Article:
Disinfection of Surfaces with Hydrogen Peroxide Of all the contamination control activities in a cleanroom, perhaps the most critical are disinfection procedures. That’s because human health depends on the quality and thoroughness of a surface disinfection wipedown.
Many solutions can be considered for surface disinfection, but hydrogen peroxide and sodium hypochlorite (bleach) rate special attention. This article will focus on hydrogen peroxide solutions and a companion article will cover sodium hypochlorite solutions.
Hydrogen peroxide has been used for decades for disinfection of small wounds because of its ability to quickly destroy bacteria. Hydrogen peroxide is a simple molecule – basically two oxygen atoms bonded together, with each oxygen bonded to its own hydrogen atom – with a molecular formula of H2O2. Compared to water (H2O), hydrogen peroxide is endowed with an extra oxygen that provides it with strong oxidizing power and gives it the capability to get rid of stains and whiten surfaces. But for our purposes, that extra oxygen is responsible for destroying bacteria and other harmful organisms. The exact mechanism by which this occurs is admittedly not well understood and various theories involving hydrogen peroxide destruction of bacterial cell walls and bacterial DNA have been proposed. Note that hydrogen peroxide solutions are inherently unstable and decompose over time to oxygen gas and water. These solutions are packaged in opaque containers to prevent decomposition from external light.
Traditionally, 3 and 6% solutions of hydrogen peroxide (in water) in combination with cleanroom wipers have been utilized in cleanrooms to achieve surface sanitation and/or disinfection. Wipers can be wetted directly with a hydrogen peroxide solution in the cleanroom and the wipers applied immediately to hard surfaces for disinfection. Alternately, packaged wipers pre-wetted with hydrogen peroxide solution can be employed. This has the advantage of eliminating the dispensing of liquids in the cleanroom. However, in the pre-wetted form, the wiping cloths may accelerate the decomposition of the hydrogen peroxide within the package, effectively lowering the concentration of hydrogen peroxide applied to the surface and possibly compromising the disinfecting capability.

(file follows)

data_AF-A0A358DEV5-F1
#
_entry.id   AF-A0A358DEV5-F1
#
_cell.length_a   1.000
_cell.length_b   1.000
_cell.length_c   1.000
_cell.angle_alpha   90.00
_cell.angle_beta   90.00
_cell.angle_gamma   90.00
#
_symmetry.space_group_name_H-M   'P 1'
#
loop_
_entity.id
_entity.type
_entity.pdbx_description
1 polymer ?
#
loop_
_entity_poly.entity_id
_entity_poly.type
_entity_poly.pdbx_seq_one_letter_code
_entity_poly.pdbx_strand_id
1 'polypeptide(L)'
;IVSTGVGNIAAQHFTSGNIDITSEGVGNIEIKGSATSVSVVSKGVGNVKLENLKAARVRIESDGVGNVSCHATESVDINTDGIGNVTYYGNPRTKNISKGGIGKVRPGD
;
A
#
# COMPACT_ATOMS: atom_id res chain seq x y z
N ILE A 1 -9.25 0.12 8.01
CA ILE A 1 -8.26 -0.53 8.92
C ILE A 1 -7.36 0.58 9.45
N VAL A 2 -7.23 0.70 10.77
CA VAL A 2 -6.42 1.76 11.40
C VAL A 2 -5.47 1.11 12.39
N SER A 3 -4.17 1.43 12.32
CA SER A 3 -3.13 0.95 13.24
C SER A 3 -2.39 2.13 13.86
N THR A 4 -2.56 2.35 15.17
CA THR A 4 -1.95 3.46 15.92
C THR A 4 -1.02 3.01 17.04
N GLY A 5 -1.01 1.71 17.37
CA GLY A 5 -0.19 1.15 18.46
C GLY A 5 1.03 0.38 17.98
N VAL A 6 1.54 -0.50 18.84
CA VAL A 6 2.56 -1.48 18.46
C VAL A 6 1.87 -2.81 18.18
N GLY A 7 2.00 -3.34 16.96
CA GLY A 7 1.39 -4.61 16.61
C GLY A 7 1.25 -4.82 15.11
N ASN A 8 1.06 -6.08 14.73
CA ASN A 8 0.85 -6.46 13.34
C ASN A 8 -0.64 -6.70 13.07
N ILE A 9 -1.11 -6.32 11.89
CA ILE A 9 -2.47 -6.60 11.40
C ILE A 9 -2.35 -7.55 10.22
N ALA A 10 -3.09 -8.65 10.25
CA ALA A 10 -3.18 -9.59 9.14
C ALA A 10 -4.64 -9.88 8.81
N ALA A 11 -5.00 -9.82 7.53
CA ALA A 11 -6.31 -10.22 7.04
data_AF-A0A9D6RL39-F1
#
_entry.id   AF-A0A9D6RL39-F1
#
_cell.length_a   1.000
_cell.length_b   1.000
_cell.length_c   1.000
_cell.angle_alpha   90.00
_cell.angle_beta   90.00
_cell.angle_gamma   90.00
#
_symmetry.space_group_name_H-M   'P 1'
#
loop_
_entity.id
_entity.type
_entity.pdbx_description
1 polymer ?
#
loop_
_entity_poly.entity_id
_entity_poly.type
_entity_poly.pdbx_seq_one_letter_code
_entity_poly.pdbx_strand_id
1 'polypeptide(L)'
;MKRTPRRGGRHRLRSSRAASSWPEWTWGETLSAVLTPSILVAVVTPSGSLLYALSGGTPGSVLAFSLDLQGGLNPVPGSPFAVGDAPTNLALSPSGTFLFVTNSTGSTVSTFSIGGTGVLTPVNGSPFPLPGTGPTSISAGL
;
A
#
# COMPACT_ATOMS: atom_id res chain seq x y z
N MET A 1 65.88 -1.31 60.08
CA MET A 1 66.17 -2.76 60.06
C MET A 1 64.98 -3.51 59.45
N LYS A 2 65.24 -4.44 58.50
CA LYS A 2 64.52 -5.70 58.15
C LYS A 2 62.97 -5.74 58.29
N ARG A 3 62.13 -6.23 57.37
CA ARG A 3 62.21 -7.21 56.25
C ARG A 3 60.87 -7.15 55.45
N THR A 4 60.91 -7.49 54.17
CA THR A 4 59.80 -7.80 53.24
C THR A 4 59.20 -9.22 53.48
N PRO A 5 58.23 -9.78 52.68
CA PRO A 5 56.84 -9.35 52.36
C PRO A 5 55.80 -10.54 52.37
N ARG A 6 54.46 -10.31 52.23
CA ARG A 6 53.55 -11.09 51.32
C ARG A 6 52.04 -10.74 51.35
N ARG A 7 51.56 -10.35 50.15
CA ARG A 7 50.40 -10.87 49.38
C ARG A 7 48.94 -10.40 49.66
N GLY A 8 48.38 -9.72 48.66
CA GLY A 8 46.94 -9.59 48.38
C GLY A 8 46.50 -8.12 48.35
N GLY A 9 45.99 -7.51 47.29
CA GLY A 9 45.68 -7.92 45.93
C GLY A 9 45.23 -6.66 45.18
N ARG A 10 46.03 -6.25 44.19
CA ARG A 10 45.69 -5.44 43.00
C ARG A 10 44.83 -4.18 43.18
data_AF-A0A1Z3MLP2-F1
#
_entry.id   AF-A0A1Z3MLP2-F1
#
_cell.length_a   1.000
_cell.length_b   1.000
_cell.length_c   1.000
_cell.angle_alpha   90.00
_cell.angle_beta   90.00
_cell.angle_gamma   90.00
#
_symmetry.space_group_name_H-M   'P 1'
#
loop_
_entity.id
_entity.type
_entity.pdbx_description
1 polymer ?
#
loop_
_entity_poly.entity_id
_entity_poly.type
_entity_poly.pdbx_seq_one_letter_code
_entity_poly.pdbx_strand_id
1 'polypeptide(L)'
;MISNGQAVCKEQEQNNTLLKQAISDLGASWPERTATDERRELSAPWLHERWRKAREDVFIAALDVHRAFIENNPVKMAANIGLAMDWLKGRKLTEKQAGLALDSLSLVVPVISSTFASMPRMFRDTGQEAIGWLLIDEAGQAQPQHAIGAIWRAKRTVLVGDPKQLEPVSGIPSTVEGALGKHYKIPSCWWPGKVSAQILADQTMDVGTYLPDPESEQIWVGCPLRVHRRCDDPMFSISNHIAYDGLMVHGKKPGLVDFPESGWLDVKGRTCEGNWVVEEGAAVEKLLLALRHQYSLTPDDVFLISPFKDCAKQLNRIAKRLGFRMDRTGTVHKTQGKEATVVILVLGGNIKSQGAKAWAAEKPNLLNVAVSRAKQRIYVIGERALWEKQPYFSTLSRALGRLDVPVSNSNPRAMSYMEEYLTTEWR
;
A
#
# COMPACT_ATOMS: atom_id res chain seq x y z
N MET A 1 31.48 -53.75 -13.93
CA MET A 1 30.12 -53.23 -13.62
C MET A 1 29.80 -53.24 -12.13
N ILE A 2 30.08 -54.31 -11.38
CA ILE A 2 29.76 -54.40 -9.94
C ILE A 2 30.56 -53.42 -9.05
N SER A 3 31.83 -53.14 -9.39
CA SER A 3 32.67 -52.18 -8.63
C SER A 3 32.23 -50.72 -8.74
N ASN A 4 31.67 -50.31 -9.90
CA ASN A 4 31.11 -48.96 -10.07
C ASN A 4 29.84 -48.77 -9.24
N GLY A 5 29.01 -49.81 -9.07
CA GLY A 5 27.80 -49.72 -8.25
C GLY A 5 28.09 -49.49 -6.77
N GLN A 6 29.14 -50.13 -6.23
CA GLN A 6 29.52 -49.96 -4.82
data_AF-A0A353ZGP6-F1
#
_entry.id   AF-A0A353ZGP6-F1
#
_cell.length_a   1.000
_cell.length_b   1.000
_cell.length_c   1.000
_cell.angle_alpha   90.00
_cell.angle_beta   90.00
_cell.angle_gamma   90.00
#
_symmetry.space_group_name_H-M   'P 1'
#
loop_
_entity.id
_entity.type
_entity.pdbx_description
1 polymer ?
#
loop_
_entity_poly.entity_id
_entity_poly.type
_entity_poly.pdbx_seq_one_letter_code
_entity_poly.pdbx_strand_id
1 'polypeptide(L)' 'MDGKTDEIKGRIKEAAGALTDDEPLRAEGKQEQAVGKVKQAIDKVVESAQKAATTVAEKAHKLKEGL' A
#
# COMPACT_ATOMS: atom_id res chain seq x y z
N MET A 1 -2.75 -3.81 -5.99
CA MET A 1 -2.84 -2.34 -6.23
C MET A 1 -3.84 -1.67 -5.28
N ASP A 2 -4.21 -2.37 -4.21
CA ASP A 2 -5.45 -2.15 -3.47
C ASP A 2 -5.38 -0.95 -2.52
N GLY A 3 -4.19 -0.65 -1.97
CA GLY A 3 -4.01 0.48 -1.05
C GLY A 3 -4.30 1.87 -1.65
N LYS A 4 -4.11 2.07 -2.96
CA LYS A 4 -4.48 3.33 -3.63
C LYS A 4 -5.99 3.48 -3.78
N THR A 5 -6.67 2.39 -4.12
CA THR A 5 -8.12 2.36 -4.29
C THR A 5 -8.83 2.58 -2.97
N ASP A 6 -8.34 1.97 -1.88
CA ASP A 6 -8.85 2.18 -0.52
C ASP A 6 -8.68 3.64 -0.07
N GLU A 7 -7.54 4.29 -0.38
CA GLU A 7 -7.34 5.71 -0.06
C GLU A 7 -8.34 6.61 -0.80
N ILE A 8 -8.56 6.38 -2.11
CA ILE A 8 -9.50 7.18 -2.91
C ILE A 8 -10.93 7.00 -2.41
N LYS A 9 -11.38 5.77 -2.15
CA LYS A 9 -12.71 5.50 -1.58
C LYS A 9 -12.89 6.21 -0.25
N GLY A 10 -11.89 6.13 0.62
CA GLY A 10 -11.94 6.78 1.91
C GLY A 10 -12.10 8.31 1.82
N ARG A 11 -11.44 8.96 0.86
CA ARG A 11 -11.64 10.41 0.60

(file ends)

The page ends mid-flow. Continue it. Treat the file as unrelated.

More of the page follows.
Since wipers wetted with hydrogen peroxide are used for disinfection of cleanrooms surfaces, special consideration should be given to wiping protocol. A major concern is that hydrogen peroxide come into contact with bare surfaces in order to kill the bacterial organisms. If there are any soils on the surface, they must be removed with detergent, then the surfaces rinsed with deionized water prior to applying hydrogen peroxide. Residual soils or detergents on the surfaces will consume hydrogen peroxide and will limit bactericidal action. If the surfaces are soil-free then direct application of hydrogen peroxide is fine.
It is essential that all surfaces be wiped thoroughly with hydrogen peroxide using the recommended linear wiping strokes. After wiping, surfaces should be allowed to air dry to maximize contact time for the liquid hydrogen peroxide to accomplish disinfection. As noted earlier, the fact that hydrogen peroxide decomposes to oxygen gas and water is a great advantage in the cleaning process, since there is no hydrogen peroxide residue to be concerned about. However, it is strongly suggested that a second wipedown of the treated surfaces be done in order to remove the endotoxins (dead bacterial cells) caused by the hydrogen peroxide. The second wipedown can either be accomplished with wipers wetted with 70% IPA, or with wipers wetted with hydrogen peroxide.